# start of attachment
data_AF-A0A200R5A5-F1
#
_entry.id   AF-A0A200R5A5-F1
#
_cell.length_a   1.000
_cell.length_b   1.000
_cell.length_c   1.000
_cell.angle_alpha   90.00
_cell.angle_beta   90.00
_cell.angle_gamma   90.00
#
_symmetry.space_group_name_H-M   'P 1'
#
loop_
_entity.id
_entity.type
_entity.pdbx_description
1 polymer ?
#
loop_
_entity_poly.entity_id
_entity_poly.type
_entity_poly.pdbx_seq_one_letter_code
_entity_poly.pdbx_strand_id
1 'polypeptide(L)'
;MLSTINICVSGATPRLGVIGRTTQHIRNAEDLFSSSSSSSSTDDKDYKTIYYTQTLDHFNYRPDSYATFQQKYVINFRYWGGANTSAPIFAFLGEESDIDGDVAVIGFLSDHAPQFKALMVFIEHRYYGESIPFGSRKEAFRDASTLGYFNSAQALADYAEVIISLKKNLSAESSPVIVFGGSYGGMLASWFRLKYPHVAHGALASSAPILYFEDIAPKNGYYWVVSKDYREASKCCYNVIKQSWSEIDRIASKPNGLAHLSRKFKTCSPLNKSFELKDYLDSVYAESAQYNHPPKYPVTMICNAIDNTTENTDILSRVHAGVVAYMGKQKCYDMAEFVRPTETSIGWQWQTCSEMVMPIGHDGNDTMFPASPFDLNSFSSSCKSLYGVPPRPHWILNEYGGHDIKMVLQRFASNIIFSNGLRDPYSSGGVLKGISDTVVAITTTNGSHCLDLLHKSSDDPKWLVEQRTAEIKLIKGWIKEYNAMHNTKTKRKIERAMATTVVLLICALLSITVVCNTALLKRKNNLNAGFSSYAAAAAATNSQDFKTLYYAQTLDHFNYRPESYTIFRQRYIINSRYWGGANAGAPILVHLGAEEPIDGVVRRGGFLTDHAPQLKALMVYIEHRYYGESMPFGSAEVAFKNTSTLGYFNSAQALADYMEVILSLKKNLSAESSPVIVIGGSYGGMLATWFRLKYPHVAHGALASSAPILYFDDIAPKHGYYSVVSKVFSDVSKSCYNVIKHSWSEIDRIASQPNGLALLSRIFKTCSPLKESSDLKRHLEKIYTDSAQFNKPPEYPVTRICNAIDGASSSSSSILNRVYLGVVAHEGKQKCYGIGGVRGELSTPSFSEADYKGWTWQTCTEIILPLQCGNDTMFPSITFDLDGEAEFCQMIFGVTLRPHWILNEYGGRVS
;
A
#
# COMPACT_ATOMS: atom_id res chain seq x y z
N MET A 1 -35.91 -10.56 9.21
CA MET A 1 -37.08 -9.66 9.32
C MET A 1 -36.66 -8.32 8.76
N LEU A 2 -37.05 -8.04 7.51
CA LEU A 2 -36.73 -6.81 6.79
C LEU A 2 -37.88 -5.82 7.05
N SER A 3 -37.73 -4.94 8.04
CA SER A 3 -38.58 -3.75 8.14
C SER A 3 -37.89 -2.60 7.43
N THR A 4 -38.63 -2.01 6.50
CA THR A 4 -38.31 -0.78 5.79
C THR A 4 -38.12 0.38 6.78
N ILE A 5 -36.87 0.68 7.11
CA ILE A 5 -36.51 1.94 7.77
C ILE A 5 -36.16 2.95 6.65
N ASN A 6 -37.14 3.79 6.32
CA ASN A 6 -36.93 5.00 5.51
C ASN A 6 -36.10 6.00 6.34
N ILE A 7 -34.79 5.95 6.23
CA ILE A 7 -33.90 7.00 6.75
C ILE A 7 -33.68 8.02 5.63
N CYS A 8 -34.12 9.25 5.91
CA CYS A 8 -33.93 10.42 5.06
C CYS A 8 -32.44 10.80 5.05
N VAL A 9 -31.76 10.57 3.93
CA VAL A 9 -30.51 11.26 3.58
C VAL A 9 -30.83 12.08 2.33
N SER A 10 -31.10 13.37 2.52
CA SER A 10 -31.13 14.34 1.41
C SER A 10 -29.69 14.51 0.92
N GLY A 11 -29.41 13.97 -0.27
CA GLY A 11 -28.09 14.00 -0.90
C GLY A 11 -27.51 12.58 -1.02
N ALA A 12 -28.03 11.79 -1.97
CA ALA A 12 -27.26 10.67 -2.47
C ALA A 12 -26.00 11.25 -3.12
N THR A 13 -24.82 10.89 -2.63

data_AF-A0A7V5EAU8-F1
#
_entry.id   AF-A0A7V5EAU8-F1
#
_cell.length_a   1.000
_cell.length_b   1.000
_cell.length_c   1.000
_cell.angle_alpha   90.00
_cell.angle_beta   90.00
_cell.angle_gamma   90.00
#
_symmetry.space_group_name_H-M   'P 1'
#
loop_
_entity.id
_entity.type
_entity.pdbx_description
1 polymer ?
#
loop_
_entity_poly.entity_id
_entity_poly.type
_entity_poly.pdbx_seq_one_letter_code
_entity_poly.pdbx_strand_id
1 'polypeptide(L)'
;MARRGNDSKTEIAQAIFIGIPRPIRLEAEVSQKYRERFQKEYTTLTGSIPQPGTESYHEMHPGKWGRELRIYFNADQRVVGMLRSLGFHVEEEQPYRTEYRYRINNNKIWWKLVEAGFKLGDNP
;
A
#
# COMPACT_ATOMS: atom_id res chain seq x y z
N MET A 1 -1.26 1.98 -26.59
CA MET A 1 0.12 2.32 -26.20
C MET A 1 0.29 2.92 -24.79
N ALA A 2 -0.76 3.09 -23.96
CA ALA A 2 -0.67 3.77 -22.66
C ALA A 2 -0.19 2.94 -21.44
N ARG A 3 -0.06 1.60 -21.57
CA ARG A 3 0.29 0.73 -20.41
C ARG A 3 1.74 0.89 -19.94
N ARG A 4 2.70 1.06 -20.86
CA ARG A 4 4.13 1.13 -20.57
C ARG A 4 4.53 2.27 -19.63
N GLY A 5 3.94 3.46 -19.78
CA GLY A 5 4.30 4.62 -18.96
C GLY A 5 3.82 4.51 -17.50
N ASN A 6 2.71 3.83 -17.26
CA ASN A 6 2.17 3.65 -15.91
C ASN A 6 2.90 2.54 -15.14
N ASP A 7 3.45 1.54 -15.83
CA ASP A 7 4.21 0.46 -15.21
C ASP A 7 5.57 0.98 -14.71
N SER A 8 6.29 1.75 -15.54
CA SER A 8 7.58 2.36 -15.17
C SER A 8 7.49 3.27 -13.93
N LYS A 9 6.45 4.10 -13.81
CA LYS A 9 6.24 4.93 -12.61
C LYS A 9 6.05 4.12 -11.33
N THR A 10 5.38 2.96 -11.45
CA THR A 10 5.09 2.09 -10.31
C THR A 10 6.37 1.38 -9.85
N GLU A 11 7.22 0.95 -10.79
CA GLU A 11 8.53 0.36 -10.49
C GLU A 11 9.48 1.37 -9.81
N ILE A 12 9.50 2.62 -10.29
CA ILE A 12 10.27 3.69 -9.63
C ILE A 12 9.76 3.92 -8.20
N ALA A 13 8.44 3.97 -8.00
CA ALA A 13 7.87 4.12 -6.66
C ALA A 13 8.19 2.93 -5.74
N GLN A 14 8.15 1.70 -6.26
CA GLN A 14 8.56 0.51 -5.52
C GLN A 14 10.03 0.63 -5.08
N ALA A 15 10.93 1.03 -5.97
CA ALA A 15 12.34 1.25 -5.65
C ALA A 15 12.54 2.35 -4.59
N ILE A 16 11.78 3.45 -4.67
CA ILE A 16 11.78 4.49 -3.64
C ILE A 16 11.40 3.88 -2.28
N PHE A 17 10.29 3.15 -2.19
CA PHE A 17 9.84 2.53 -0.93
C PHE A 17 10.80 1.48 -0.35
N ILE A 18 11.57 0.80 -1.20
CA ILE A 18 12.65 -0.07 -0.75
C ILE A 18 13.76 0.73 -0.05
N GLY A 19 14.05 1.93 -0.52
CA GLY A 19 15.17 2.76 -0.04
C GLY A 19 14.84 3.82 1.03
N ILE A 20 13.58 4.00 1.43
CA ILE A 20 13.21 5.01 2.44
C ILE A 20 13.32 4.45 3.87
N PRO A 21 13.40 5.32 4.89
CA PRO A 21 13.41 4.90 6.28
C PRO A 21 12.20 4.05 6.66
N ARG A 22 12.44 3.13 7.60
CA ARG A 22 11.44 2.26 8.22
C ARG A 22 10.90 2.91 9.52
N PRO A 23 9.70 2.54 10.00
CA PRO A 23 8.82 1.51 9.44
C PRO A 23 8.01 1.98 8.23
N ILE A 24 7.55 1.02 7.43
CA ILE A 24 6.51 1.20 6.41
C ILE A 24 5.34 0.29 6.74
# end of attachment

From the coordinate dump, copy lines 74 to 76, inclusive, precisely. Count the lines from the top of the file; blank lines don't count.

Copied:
_cell.length_c   1.000
_cell.angle_alpha   90.00
_cell.angle_beta   90.00